was eating lunch at the Dick Clark Rock n Roll restaurant
in the Salt Lake City airport in December just as CNN was airing
the Bin Laden confession complete with subtitles.
This chilling episode was made all the more surreal as Bin Ladens
eerie, evil presence was backed up by The Supremes. The entire
assembly of hungry travelers was left to read the unthinkable
while the best of Motown played on.
Having lost my appetite, I pondered what other music might be more
appropriatemaybe something like Yesterday by The
Beatles? Or perhaps the old tune that begins Try to remember
the time in September when life was young and oh so mellow . . .
But having just left the Electric Transportation Industry Conference
(ETIC), where I was inspired by the advances to which automakers
are committed, those sad tunes would not domy optimism was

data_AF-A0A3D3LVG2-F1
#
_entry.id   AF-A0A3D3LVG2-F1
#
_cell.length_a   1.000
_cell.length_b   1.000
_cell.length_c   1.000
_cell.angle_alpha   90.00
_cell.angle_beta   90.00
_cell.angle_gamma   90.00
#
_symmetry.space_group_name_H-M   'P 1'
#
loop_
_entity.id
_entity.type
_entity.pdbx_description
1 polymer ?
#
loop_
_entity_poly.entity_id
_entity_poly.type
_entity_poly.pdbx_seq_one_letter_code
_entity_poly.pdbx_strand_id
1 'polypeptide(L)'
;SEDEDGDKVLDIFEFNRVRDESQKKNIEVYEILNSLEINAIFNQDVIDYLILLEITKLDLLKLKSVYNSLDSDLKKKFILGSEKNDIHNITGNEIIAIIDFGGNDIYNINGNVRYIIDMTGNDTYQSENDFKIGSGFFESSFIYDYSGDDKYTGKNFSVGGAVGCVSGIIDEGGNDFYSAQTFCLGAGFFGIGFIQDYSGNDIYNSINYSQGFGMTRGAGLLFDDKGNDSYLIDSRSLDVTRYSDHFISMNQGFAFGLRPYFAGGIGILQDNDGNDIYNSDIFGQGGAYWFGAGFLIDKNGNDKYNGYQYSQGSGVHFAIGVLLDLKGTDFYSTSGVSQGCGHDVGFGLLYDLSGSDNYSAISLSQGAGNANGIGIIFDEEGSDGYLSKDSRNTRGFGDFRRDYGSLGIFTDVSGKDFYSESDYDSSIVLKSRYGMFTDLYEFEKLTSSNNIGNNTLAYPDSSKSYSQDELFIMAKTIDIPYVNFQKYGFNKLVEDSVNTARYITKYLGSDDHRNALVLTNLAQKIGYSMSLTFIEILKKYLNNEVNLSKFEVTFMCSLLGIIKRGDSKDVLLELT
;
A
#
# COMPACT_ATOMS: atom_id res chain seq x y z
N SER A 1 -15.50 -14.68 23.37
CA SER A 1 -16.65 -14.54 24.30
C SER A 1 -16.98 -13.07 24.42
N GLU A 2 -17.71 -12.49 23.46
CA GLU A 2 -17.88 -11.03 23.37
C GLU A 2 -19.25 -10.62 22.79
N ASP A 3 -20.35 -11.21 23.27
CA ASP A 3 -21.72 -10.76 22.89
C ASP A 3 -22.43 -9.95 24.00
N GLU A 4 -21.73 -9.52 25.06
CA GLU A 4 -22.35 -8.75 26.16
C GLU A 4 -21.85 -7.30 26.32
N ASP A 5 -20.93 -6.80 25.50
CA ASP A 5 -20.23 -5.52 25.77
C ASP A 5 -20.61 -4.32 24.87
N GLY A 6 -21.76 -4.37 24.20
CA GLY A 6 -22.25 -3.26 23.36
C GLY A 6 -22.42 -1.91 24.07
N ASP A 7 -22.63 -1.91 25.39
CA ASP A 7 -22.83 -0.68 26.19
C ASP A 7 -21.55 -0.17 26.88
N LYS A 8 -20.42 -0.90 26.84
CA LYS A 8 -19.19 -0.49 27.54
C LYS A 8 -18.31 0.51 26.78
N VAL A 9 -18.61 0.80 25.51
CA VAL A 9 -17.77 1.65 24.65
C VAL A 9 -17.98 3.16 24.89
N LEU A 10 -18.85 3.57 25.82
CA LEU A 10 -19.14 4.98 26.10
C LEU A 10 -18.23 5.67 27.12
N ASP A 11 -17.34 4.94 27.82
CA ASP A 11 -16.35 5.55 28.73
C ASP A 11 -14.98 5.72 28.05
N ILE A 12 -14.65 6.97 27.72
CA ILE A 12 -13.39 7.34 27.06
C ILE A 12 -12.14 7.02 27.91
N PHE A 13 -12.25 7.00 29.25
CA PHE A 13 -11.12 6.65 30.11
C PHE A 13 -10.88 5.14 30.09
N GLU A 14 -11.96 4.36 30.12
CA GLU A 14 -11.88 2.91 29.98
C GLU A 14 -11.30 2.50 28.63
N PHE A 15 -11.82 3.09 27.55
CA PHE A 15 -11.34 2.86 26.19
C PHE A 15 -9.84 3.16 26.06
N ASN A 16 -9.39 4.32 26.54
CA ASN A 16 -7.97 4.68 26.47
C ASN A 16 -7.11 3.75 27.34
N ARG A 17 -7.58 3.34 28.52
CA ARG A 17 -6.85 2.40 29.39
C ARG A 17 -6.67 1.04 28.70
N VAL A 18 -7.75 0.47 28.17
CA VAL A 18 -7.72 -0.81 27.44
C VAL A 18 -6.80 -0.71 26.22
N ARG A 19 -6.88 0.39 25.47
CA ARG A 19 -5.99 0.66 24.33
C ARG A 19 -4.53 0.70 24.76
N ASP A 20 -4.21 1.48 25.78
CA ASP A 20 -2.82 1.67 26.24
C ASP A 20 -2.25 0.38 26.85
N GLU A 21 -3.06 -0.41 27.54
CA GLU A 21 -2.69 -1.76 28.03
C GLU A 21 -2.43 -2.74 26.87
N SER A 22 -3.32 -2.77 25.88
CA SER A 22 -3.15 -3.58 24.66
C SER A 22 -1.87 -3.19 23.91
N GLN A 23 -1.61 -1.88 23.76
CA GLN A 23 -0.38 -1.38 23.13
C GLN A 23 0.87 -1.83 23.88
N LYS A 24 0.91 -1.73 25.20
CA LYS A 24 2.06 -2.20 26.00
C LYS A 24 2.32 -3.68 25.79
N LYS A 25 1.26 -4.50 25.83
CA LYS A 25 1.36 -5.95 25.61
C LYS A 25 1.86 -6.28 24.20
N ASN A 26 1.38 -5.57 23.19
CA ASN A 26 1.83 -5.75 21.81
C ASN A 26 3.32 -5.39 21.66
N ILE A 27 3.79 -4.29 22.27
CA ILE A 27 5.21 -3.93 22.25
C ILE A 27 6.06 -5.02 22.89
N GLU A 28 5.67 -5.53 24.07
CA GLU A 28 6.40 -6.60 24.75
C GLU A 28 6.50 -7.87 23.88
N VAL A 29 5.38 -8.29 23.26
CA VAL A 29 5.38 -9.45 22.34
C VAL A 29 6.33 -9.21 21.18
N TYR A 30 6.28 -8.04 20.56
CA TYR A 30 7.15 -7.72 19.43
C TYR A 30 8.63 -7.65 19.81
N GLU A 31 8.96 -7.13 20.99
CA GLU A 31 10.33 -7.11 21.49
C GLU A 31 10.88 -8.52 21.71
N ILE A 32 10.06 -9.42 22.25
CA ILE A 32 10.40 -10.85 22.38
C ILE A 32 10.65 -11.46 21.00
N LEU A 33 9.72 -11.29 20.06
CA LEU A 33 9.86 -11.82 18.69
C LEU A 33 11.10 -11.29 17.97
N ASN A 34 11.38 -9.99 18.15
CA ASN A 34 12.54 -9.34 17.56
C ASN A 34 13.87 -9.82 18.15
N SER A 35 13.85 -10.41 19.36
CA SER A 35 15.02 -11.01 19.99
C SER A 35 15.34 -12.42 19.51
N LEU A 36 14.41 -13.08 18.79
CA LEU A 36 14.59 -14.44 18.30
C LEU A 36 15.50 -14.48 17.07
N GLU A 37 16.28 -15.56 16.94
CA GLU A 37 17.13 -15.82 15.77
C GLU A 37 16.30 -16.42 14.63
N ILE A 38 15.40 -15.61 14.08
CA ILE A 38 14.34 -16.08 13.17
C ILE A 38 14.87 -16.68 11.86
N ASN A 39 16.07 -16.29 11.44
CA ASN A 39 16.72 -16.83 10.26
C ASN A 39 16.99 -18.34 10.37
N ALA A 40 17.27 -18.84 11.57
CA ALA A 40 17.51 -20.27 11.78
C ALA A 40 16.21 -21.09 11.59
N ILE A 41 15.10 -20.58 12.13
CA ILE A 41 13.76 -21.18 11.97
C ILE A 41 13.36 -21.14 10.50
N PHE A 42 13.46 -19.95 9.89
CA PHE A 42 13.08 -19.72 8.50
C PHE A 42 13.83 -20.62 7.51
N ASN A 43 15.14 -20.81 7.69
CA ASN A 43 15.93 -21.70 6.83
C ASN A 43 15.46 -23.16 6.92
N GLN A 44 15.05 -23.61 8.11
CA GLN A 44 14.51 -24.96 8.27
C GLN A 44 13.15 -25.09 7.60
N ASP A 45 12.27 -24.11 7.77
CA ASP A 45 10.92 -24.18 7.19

still high. As atrocious as September 11th was, and as hard as it
is to fathom someone as morally bankrupt as Bin Laden inarguably
is, I couldnt help but think that it is wrong to allow melancholy
to take over our collective countenance. I resolved to finish my
salad and consider all the good things happening in America.
For example, President Bush recently signed Brownfield legislation
that will help improve the use of blighted parts of our cities;
he has also committed funds to further develop fuel cell technology.
ETIC participants must surely be as encouraged by this legislation
as we are by their pledge to continue to advance fuel efficiency
and alternative fuels. I also am heartened by the astute observance
offered by Gregg Pascal Zachary, a journalist with The Wall Street
Journal, who spoke at the Business for Social Responsibilitys
conference advocating the need for hope journalismthe
need for the American press to find positive stories when reporting
on sustainability. I took his message as affirmation of what we
have been doing for two years and what we will continue to offer:
hope, promise and examples of the pioneering spirit of American
As I ponder our progress, I consider the privilege of being a forum
for delivering this good news. And I find myself humming a different
tune: I think to myself, what a wonderful world . . .